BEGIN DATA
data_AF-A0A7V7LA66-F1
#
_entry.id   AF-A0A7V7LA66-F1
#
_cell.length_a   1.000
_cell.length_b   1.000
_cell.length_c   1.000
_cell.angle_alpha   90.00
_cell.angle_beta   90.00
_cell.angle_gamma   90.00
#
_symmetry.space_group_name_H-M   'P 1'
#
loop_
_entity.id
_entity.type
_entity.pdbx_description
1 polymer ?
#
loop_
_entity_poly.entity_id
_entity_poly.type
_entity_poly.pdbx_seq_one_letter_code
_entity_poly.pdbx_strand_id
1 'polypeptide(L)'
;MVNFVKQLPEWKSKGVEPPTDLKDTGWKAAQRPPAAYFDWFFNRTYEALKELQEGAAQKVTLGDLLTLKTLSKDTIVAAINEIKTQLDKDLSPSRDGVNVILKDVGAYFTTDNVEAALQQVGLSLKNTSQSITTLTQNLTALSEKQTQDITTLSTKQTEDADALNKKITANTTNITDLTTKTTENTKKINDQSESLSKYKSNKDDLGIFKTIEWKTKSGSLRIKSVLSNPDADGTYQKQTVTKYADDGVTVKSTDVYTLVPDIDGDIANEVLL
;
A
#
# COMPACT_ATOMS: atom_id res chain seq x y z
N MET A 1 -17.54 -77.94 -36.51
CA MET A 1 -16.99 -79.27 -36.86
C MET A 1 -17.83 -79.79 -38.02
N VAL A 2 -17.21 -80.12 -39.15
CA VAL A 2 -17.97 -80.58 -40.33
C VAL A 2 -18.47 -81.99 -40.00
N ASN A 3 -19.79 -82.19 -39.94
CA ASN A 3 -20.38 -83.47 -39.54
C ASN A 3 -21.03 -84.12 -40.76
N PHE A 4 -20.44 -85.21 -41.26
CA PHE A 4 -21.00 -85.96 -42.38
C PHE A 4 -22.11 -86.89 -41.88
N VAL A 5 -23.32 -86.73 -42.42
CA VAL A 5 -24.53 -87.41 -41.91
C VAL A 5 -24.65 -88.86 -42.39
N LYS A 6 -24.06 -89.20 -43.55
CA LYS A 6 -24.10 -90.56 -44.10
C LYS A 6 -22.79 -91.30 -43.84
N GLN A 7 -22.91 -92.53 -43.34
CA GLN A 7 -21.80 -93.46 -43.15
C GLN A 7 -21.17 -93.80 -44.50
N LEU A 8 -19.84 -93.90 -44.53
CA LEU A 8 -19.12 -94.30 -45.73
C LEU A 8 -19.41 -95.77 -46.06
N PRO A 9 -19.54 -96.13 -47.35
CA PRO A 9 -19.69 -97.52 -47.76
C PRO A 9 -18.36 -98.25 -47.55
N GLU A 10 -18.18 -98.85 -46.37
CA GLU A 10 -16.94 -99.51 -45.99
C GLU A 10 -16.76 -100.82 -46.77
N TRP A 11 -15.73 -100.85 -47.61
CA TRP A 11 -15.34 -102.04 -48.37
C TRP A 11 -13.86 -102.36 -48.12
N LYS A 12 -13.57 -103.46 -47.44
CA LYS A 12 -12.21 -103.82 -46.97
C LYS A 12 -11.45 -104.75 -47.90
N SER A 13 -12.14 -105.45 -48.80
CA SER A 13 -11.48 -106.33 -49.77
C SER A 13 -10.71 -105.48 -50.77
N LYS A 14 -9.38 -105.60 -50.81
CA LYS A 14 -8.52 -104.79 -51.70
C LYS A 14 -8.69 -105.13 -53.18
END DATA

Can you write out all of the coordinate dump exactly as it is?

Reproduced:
data_AF-A0A7V7LA66-F1
#
_entry.id   AF-A0A7V7LA66-F1
#
_cell.length_a   1.000
_cell.length_b   1.000
_cell.length_c   1.000
_cell.angle_alpha   90.00
_cell.angle_beta   90.00
_cell.angle_gamma   90.00
#
_symmetry.space_group_name_H-M   'P 1'
#
loop_
_entity.id
_entity.type
_entity.pdbx_description
1 polymer ?
#
loop_
_entity_poly.entity_id
_entity_poly.type
_entity_poly.pdbx_seq_one_letter_code
_entity_poly.pdbx_strand_id
1 'polypeptide(L)'
;MVNFVKQLPEWKSKGVEPPTDLKDTGWKAAQRPPAAYFDWFFNRTYEALKELQEGAAQKVTLGDLLTLKTLSKDTIVAAINEIKTQLDKDLSPSRDGVNVILKDVGAYFTTDNVEAALQQVGLSLKNTSQSITTLTQNLTALSEKQTQDITTLSTKQTEDADALNKKITANTTNITDLTTKTTENTKKINDQSESLSKYKSNKDDLGIFKTIEWKTKSGSLRIKSVLSNPDADGTYQKQTVTKYADDGVTVKSTDVYTLVPDIDGDIANEVLL
;
A
#
# COMPACT_ATOMS: atom_id res chain seq x y z
N MET A 1 -17.54 -77.94 -36.51
CA MET A 1 -16.99 -79.27 -36.86
C MET A 1 -17.83 -79.79 -38.02
N VAL A 2 -17.21 -80.12 -39.15
CA VAL A 2 -17.97 -80.58 -40.33
C VAL A 2 -18.47 -81.99 -40.00
N ASN A 3 -19.79 -82.19 -39.94
CA ASN A 3 -20.38 -83.47 -39.54
C ASN A 3 -21.03 -84.12 -40.76
N PHE A 4 -20.44 -85.21 -41.26
CA PHE A 4 -21.00 -85.96 -42.38
C PHE A 4 -22.11 -86.89 -41.88
N VAL A 5 -23.32 -86.73 -42.42
CA VAL A 5 -24.53 -87.41 -41.91
C VAL A 5 -24.65 -88.86 -42.39
N LYS A 6 -24.06 -89.20 -43.55
CA LYS A 6 -24.10 -90.56 -44.10
C LYS A 6 -22.79 -91.30 -43.84
N GLN A 7 -22.91 -92.53 -43.34
CA GLN A 7 -21.80 -93.46 -43.15
C GLN A 7 -21.17 -93.80 -44.50
N LEU A 8 -19.84 -93.90 -44.53
CA LEU A 8 -19.12 -94.30 -45.73
C LEU A 8 -19.41 -95.77 -46.06
N PRO A 9 -19.54 -96.13 -47.35
CA PRO A 9 -19.69 -97.52 -47.76
C PRO A 9 -18.36 -98.25 -47.55
N GLU A 10 -18.18 -98.85 -46.37
CA GLU A 10 -16.94 -99.51 -45.99
C GLU A 10 -16.76 -100.82 -46.77
N TRP A 11 -15.73 -100.85 -47.61
CA TRP A 11 -15.34 -102.04 -48.37
C TRP A 11 -13.86 -102.36 -48.12
N LYS A 12 -13.57 -103.46 -47.44
CA LYS A 12 -12.21 -103.82 -46.97
C LYS A 12 -11.45 -104.75 -47.90
N SER A 13 -12.14 -105.45 -48.80
CA SER A 13 -11.48 -106.33 -49.77
C SER A 13 -10.71 -105.48 -50.77
N LYS A 14 -9.38 -105.60 -50.81
CA LYS A 14 -8.52 -104.79 -51.70
C LYS A 14 -8.69 -105.13 -53.18